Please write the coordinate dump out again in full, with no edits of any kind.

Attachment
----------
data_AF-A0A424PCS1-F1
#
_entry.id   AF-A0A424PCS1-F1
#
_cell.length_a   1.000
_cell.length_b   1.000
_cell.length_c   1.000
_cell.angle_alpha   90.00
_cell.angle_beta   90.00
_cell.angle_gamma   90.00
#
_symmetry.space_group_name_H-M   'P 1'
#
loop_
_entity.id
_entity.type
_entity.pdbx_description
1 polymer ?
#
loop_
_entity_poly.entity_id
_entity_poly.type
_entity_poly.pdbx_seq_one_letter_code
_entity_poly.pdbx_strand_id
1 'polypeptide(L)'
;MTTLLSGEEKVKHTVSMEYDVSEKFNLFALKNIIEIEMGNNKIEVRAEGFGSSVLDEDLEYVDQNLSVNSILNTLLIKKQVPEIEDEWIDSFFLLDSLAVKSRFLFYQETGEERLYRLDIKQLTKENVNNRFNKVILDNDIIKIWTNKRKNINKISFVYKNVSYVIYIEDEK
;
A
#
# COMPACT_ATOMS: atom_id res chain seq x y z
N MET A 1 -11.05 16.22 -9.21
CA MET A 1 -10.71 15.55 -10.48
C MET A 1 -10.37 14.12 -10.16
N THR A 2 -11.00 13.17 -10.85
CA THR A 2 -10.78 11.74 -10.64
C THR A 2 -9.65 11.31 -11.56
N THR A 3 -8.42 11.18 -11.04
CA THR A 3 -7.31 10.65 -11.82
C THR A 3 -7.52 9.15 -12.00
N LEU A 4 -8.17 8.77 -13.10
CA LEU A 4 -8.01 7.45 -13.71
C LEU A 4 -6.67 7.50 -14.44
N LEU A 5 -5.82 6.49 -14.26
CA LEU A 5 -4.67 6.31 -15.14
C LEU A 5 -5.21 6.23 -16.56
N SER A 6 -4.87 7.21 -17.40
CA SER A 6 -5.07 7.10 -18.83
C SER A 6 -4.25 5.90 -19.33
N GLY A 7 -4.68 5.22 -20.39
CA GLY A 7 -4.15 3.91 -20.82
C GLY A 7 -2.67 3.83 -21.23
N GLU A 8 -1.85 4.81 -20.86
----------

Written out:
data_AF-A0A424PCS1-F1
#
_entry.id   AF-A0A424PCS1-F1
#
_cell.length_a   1.000
_cell.length_b   1.000
_cell.length_c   1.000
_cell.angle_alpha   90.00
_cell.angle_beta   90.00
_cell.angle_gamma   90.00
#
_symmetry.space_group_name_H-M   'P 1'
#
loop_
_entity.id
_entity.type
_entity.pdbx_description
1 polymer ?
#
loop_
_entity_poly.entity_id
_entity_poly.type
_entity_poly.pdbx_seq_one_letter_code
_entity_poly.pdbx_strand_id
1 'polypeptide(L)'
;MTTLLSGEEKVKHTVSMEYDVSEKFNLFALKNIIEIEMGNNKIEVRAEGFGSSVLDEDLEYVDQNLSVNSILNTLLIKKQVPEIEDEWIDSFFLLDSLAVKSRFLFYQETGEERLYRLDIKQLTKENVNNRFNKVILDNDIIKIWTNKRKNINKISFVYKNVSYVIYIEDEK
;
A
#
# COMPACT_ATOMS: atom_id res chain seq x y z
N MET A 1 -11.05 16.22 -9.21
CA MET A 1 -10.71 15.55 -10.48
C MET A 1 -10.37 14.12 -10.16
N THR A 2 -11.00 13.17 -10.85
CA THR A 2 -10.78 11.74 -10.64
C THR A 2 -9.65 11.31 -11.56
N THR A 3 -8.42 11.18 -11.04
CA THR A 3 -7.31 10.65 -11.82
C THR A 3 -7.52 9.15 -12.00
N LEU A 4 -8.17 8.77 -13.10
CA LEU A 4 -8.01 7.45 -13.71
C LEU A 4 -6.67 7.50 -14.44
N LEU A 5 -5.82 6.49 -14.26
CA LEU A 5 -4.67 6.31 -15.14
C LEU A 5 -5.21 6.23 -16.56
N SER A 6 -4.87 7.21 -17.40
CA SER A 6 -5.07 7.10 -18.83
C SER A 6 -4.25 5.90 -19.33
N GLY A 7 -4.68 5.22 -20.39
CA GLY A 7 -4.15 3.91 -20.82
C GLY A 7 -2.67 3.83 -21.23
N GLU A 8 -1.85 4.81 -20.86